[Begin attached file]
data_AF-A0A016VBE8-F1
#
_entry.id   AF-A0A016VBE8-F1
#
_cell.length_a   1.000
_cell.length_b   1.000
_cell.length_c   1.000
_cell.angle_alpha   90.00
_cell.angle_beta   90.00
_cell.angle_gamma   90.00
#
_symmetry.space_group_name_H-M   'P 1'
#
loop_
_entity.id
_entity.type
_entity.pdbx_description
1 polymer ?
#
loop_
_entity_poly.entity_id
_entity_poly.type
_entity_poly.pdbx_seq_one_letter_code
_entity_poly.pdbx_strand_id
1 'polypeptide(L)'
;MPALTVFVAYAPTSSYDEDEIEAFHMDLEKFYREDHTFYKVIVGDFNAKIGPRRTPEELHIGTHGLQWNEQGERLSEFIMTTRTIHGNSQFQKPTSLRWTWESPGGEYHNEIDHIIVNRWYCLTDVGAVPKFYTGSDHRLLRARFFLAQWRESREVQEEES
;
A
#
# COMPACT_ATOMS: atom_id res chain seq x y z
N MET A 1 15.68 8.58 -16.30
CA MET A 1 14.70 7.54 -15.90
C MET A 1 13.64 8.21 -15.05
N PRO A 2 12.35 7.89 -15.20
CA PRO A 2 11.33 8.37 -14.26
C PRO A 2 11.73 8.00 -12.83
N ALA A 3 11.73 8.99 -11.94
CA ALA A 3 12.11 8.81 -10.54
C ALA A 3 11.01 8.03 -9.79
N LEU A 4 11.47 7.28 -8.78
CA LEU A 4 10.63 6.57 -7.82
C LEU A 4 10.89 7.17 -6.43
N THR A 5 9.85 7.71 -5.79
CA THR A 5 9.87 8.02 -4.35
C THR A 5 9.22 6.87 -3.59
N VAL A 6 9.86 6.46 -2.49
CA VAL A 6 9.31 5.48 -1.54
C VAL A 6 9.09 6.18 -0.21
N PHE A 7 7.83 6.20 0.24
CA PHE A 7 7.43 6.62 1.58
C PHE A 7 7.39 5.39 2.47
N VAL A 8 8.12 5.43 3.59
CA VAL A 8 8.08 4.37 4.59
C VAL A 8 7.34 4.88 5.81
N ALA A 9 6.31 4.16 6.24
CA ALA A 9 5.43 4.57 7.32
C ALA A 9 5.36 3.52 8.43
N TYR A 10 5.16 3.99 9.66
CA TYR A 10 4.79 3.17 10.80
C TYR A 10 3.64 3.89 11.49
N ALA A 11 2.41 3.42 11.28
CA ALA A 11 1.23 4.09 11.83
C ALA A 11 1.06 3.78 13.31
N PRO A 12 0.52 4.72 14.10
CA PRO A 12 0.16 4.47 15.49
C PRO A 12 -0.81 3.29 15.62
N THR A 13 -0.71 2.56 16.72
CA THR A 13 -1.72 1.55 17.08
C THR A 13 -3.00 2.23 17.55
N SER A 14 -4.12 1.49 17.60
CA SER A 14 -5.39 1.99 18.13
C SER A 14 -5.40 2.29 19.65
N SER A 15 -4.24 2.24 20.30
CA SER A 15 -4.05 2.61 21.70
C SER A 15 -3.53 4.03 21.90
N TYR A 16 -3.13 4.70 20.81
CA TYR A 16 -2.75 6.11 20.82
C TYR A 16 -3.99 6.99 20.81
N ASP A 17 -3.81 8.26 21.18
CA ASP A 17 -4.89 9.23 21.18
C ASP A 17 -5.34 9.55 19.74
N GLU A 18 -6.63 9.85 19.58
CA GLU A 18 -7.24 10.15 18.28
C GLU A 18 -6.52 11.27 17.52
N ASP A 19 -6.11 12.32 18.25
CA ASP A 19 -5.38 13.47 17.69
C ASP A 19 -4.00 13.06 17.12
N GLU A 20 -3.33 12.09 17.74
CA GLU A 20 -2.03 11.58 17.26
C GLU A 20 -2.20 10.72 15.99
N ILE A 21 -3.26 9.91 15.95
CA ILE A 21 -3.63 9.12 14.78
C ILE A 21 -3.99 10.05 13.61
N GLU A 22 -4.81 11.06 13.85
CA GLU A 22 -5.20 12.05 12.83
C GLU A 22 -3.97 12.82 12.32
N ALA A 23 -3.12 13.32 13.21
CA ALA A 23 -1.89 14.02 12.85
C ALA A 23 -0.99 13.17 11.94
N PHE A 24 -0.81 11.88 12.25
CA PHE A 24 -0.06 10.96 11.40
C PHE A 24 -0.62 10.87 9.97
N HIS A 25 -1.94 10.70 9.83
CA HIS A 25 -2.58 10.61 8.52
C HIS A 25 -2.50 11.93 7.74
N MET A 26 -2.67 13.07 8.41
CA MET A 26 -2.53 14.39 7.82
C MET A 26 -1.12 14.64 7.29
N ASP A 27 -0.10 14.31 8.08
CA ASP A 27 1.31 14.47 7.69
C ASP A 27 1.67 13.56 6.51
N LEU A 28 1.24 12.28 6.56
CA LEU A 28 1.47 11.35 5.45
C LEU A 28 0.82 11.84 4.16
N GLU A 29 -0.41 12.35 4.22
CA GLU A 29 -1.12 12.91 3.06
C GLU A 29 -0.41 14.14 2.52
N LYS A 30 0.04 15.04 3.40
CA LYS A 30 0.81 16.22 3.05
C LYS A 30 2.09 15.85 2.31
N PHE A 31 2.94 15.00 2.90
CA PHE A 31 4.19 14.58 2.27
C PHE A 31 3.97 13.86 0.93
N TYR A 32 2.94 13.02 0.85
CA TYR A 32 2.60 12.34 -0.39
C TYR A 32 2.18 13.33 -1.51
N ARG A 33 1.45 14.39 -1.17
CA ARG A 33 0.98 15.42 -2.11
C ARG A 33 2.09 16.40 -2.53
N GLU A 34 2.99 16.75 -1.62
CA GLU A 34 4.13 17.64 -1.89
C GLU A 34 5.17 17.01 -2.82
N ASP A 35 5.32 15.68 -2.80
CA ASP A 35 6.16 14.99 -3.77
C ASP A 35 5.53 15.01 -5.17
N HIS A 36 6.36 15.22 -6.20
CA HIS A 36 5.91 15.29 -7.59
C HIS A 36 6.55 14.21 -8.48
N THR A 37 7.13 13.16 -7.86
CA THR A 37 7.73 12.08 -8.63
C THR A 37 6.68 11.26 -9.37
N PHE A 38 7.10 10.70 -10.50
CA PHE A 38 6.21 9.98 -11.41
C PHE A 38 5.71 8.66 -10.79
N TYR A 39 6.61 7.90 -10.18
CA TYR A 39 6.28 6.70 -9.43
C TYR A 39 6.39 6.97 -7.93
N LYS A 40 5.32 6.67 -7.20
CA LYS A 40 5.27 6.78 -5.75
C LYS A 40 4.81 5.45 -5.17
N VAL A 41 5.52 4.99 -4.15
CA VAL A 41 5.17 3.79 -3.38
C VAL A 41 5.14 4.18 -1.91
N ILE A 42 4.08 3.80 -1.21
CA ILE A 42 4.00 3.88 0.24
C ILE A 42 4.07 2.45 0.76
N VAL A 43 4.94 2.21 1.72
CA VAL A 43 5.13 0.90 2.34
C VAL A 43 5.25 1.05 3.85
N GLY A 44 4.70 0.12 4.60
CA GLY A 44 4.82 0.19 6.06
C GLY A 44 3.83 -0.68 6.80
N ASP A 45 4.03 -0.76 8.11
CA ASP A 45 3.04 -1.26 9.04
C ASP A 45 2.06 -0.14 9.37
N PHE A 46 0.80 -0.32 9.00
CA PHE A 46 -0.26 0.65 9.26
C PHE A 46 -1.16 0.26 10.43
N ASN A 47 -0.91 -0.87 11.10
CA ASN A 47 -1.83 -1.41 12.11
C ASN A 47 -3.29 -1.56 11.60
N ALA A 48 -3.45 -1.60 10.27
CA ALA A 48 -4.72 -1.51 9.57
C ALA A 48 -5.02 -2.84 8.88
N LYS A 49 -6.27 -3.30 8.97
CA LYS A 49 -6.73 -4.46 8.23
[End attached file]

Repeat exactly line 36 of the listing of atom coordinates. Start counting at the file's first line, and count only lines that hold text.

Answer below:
C PRO A 2 11.73 8.00 -12.83